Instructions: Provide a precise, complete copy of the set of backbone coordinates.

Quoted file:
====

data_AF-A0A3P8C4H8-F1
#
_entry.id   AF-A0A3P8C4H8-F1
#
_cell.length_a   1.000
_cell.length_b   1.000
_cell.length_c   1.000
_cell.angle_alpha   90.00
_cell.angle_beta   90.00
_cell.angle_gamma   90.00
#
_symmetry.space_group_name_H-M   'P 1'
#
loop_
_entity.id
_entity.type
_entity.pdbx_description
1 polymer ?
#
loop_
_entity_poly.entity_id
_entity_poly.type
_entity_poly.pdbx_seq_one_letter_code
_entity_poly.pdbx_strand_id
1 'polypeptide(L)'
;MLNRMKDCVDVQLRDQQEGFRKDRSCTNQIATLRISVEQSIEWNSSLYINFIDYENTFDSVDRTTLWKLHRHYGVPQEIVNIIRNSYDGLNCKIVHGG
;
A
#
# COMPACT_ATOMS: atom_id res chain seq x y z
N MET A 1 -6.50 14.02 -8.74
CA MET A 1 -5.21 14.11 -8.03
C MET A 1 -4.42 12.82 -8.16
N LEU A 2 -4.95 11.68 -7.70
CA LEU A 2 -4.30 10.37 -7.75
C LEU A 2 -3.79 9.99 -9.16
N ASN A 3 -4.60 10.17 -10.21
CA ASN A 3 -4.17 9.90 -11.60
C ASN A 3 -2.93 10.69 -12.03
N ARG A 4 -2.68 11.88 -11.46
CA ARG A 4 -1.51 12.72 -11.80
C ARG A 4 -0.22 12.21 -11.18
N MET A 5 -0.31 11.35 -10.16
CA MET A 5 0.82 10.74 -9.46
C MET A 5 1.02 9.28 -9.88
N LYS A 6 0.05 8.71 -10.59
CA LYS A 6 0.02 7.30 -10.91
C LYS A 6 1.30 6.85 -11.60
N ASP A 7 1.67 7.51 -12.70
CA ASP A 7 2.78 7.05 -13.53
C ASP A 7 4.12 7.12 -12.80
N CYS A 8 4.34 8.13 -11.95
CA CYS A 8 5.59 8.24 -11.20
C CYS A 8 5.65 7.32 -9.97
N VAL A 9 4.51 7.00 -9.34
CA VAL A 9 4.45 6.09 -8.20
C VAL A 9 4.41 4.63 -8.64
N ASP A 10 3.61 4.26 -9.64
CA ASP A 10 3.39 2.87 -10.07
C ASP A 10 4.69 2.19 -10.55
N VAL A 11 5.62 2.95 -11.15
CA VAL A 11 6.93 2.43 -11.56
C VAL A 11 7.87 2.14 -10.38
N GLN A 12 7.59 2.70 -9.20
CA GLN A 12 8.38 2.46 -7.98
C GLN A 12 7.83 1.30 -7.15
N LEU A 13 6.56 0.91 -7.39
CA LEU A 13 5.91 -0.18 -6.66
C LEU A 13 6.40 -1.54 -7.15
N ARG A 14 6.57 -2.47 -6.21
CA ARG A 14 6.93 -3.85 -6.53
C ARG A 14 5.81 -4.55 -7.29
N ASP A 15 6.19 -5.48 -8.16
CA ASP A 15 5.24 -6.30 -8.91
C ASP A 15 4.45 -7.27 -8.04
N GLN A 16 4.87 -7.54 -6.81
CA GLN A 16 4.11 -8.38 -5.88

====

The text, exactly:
data_AF-A0A3P8C4H8-F1
#
_entry.id   AF-A0A3P8C4H8-F1
#
_cell.length_a   1.000
_cell.length_b   1.000
_cell.length_c   1.000
_cell.angle_alpha   90.00
_cell.angle_beta   90.00
_cell.angle_gamma   90.00
#
_symmetry.space_group_name_H-M   'P 1'
#
loop_
_entity.id
_entity.type
_entity.pdbx_description
1 polymer ?
#
loop_
_entity_poly.entity_id
_entity_poly.type
_entity_poly.pdbx_seq_one_letter_code
_entity_poly.pdbx_strand_id
1 'polypeptide(L)'
;MLNRMKDCVDVQLRDQQEGFRKDRSCTNQIATLRISVEQSIEWNSSLYINFIDYENTFDSVDRTTLWKLHRHYGVPQEIVNIIRNSYDGLNCKIVHGG
;
A
#
# COMPACT_ATOMS: atom_id res chain seq x y z
N MET A 1 -6.50 14.02 -8.74
CA MET A 1 -5.21 14.11 -8.03
C MET A 1 -4.42 12.82 -8.16
N LEU A 2 -4.95 11.68 -7.70
CA LEU A 2 -4.30 10.37 -7.75
C LEU A 2 -3.79 9.99 -9.16
N ASN A 3 -4.60 10.17 -10.21
CA ASN A 3 -4.17 9.90 -11.60
C ASN A 3 -2.93 10.69 -12.03
N ARG A 4 -2.68 11.88 -11.46
CA ARG A 4 -1.51 12.72 -11.80
C ARG A 4 -0.22 12.21 -11.18
N MET A 5 -0.31 11.35 -10.16
CA MET A 5 0.82 10.74 -9.46
C MET A 5 1.02 9.28 -9.88
N LYS A 6 0.05 8.71 -10.59
CA LYS A 6 0.02 7.30 -10.91
C LYS A 6 1.30 6.85 -11.60
N ASP A 7 1.67 7.51 -12.70
CA ASP A 7 2.78 7.05 -13.53
C ASP A 7 4.12 7.12 -12.80
N CYS A 8 4.34 8.13 -11.95
CA CYS A 8 5.59 8.24 -11.20
C CYS A 8 5.65 7.32 -9.97
N VAL A 9 4.51 7.00 -9.34
CA VAL A 9 4.45 6.09 -8.20
C VAL A 9 4.41 4.63 -8.64
N ASP A 10 3.61 4.26 -9.64
CA ASP A 10 3.39 2.87 -10.07
C ASP A 10 4.69 2.19 -10.55
N VAL A 11 5.62 2.95 -11.15
CA VAL A 11 6.93 2.43 -11.56
C VAL A 11 7.87 2.14 -10.38
N GLN A 12 7.59 2.70 -9.20
CA GLN A 12 8.38 2.46 -7.98
C GLN A 12 7.83 1.30 -7.15
N LEU A 13 6.56 0.91 -7.39
CA LEU A 13 5.91 -0.18 -6.66
C LEU A 13 6.40 -1.54 -7.15
N ARG A 14 6.57 -2.47 -6.21
CA ARG A 14 6.93 -3.85 -6.53
C ARG A 14 5.81 -4.55 -7.29
N ASP A 15 6.19 -5.48 -8.16
CA ASP A 15 5.24 -6.30 -8.91
C ASP A 15 4.45 -7.27 -8.04
N GLN A 16 4.87 -7.54 -6.81
CA GLN A 16 4.11 -8.38 -5.88